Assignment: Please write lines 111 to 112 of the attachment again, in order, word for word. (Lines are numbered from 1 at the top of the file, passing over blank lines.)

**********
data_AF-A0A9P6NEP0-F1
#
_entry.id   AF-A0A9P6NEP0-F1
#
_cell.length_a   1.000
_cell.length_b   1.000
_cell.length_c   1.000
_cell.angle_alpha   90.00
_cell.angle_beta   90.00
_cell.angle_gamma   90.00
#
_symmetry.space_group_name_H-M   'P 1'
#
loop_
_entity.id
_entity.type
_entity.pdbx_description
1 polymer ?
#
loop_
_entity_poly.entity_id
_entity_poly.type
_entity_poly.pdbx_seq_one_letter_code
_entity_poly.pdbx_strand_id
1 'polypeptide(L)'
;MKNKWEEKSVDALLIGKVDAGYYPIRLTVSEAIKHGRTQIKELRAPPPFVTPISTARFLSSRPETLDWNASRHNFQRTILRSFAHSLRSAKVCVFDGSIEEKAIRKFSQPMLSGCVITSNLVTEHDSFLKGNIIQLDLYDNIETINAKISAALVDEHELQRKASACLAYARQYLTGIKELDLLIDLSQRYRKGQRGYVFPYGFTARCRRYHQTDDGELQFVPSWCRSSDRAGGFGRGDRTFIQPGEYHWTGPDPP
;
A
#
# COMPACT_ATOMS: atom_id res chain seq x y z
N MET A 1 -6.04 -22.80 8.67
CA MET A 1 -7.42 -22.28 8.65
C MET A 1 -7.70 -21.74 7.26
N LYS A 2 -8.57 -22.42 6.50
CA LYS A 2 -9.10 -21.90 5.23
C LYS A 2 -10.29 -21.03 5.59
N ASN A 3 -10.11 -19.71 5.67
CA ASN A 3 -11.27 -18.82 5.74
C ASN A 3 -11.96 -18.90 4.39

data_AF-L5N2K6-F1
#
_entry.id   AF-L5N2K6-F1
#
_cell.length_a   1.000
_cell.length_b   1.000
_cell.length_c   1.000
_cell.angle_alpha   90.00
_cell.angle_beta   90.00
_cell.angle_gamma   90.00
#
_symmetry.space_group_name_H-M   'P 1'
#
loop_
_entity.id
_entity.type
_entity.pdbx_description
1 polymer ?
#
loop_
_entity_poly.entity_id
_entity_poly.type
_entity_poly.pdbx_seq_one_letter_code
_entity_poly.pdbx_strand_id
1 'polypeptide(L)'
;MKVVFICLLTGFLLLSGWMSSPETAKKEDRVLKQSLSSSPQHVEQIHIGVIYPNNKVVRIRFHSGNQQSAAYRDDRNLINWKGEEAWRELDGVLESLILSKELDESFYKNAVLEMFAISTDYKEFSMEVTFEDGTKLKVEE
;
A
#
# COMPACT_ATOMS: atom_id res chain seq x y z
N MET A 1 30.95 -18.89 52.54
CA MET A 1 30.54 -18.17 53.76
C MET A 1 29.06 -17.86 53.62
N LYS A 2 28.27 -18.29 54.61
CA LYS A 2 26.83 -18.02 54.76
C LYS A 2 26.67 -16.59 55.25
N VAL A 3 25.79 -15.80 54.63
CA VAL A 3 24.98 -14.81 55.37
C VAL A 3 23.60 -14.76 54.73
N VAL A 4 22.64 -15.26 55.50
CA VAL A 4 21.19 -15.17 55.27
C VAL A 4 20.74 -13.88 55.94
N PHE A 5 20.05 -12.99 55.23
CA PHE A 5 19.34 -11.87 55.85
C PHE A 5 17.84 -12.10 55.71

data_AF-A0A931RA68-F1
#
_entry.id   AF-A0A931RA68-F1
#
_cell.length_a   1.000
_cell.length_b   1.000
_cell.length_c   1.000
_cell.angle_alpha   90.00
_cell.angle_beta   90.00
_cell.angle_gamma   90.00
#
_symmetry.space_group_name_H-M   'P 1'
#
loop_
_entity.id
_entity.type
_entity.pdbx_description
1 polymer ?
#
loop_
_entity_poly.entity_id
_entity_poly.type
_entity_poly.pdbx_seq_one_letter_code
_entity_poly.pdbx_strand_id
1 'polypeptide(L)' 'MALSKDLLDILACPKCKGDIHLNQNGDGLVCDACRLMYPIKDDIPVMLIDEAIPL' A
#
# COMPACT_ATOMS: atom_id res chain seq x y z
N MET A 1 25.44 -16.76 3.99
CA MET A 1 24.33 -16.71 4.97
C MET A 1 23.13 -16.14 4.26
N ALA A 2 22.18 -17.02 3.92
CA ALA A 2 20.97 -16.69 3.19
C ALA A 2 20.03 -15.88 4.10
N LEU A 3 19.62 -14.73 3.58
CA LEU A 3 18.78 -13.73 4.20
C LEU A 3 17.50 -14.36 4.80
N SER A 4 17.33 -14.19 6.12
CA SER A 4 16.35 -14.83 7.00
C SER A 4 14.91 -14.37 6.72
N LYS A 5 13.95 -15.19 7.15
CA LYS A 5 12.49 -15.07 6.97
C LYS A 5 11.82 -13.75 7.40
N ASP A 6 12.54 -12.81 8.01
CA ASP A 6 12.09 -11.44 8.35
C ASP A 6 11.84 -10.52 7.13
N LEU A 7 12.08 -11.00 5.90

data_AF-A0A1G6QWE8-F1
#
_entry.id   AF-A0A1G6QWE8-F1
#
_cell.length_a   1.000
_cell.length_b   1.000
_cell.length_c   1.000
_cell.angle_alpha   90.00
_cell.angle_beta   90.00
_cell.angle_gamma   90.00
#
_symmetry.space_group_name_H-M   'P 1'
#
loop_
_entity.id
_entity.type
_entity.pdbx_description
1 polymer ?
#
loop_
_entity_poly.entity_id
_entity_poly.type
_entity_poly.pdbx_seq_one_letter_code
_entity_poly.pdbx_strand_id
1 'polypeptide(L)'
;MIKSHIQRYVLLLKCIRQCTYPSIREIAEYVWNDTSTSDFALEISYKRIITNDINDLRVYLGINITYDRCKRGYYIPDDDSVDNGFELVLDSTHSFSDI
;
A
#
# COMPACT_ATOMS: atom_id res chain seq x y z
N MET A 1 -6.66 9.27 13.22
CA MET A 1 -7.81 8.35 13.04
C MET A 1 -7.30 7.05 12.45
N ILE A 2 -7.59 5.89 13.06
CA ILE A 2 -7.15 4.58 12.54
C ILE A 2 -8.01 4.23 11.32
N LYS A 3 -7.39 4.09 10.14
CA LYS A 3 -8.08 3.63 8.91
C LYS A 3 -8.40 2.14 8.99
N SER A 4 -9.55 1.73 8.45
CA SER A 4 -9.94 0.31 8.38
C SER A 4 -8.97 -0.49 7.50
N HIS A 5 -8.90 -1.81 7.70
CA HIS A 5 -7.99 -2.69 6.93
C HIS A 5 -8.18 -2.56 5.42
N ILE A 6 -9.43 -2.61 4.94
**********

# COMPACT_ATOMS: atom_id res chain seq x y z
N MET A 1 25.44 -16.76 3.99